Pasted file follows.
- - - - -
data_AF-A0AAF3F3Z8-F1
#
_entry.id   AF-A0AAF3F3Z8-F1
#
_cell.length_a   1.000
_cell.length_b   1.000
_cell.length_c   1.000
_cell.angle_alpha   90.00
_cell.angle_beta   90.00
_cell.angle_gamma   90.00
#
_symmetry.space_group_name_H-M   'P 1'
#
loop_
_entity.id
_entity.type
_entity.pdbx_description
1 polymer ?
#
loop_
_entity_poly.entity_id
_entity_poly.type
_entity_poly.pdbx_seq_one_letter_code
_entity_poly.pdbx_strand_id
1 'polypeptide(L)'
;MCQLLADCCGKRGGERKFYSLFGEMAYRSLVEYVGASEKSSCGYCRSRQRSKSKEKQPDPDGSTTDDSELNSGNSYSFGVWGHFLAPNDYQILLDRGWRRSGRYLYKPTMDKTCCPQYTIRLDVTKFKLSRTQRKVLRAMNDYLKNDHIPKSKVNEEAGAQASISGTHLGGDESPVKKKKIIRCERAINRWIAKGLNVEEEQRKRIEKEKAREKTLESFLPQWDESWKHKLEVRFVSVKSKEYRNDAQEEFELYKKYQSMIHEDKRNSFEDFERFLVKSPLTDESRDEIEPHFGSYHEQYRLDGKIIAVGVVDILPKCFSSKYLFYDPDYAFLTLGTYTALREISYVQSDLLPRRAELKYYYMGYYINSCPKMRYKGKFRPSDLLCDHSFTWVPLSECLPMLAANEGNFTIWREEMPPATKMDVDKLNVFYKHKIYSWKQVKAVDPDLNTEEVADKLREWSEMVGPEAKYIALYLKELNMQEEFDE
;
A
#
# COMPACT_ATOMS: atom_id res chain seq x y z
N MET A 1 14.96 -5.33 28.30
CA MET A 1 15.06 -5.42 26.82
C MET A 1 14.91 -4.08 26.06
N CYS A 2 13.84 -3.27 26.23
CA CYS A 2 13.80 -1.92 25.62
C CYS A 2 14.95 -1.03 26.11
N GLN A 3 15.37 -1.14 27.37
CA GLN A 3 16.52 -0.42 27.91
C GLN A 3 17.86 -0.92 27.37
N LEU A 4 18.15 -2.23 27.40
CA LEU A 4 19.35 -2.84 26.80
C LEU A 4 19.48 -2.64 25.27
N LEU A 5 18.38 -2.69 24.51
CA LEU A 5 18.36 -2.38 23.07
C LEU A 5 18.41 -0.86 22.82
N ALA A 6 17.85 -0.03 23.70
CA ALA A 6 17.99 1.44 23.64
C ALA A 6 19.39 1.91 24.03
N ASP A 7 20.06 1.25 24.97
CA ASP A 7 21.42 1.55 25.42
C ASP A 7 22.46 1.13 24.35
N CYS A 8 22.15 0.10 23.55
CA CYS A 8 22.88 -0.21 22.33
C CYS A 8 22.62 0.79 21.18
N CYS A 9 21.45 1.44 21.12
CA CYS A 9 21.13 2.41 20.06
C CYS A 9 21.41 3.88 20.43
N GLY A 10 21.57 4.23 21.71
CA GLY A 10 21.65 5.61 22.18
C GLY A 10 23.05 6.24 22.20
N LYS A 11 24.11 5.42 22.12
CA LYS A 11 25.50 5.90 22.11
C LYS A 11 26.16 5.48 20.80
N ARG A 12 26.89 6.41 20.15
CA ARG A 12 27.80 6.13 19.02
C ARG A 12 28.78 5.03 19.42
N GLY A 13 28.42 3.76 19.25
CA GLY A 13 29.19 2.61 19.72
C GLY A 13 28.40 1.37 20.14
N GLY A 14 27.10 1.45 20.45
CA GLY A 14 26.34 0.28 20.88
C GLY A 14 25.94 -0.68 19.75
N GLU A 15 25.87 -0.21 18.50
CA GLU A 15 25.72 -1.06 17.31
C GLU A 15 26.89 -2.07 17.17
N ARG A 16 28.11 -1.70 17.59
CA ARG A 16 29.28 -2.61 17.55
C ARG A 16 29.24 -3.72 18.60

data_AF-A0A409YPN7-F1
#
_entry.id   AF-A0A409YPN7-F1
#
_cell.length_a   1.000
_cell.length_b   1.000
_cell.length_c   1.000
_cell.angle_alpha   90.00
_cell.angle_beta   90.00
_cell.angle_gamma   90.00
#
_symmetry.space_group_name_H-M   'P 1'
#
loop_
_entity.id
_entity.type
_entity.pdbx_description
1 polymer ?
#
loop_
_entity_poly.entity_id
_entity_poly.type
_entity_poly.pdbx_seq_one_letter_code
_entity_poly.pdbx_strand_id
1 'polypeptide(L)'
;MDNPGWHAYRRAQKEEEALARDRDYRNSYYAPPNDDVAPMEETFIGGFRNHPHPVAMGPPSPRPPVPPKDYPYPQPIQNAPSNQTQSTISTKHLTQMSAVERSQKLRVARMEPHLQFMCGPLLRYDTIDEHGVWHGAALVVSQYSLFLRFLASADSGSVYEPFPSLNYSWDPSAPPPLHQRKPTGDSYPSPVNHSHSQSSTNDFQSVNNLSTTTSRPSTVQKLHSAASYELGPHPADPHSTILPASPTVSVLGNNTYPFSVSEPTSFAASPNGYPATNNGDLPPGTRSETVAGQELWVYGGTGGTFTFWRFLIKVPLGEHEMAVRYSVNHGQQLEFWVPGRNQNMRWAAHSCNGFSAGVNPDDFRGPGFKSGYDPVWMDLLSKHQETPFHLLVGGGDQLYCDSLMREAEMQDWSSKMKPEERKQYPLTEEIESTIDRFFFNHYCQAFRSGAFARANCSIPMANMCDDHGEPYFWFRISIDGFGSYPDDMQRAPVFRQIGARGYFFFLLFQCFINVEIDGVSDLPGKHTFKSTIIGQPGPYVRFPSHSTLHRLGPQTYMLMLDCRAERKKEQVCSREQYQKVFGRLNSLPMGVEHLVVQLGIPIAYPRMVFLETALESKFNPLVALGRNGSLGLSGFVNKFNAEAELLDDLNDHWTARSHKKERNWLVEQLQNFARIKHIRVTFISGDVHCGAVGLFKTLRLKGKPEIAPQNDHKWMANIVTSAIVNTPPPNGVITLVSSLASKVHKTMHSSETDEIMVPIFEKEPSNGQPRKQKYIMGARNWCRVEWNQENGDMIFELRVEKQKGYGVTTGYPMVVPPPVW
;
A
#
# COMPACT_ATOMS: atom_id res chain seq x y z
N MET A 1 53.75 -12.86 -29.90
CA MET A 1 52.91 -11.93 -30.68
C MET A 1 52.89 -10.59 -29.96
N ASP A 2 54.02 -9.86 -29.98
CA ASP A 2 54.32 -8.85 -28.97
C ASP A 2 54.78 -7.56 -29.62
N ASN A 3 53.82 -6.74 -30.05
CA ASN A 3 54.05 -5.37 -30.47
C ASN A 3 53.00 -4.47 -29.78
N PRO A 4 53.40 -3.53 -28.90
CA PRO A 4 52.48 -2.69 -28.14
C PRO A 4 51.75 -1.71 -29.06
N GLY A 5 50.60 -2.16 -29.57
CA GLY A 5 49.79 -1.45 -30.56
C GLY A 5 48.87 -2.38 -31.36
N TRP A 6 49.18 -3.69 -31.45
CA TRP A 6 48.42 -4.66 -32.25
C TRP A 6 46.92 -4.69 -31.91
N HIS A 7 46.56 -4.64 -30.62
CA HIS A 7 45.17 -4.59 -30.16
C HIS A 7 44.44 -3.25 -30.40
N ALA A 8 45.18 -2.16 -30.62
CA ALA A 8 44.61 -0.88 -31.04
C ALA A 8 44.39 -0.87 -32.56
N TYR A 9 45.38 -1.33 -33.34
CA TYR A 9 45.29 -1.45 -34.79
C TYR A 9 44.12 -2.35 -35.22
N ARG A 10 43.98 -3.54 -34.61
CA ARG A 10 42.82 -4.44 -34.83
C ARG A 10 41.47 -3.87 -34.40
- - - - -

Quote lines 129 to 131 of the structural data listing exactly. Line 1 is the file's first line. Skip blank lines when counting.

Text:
C HIS A 7 44.44 -3.25 -30.40
N ALA A 8 45.18 -2.16 -30.62
CA ALA A 8 44.61 -0.88 -31.04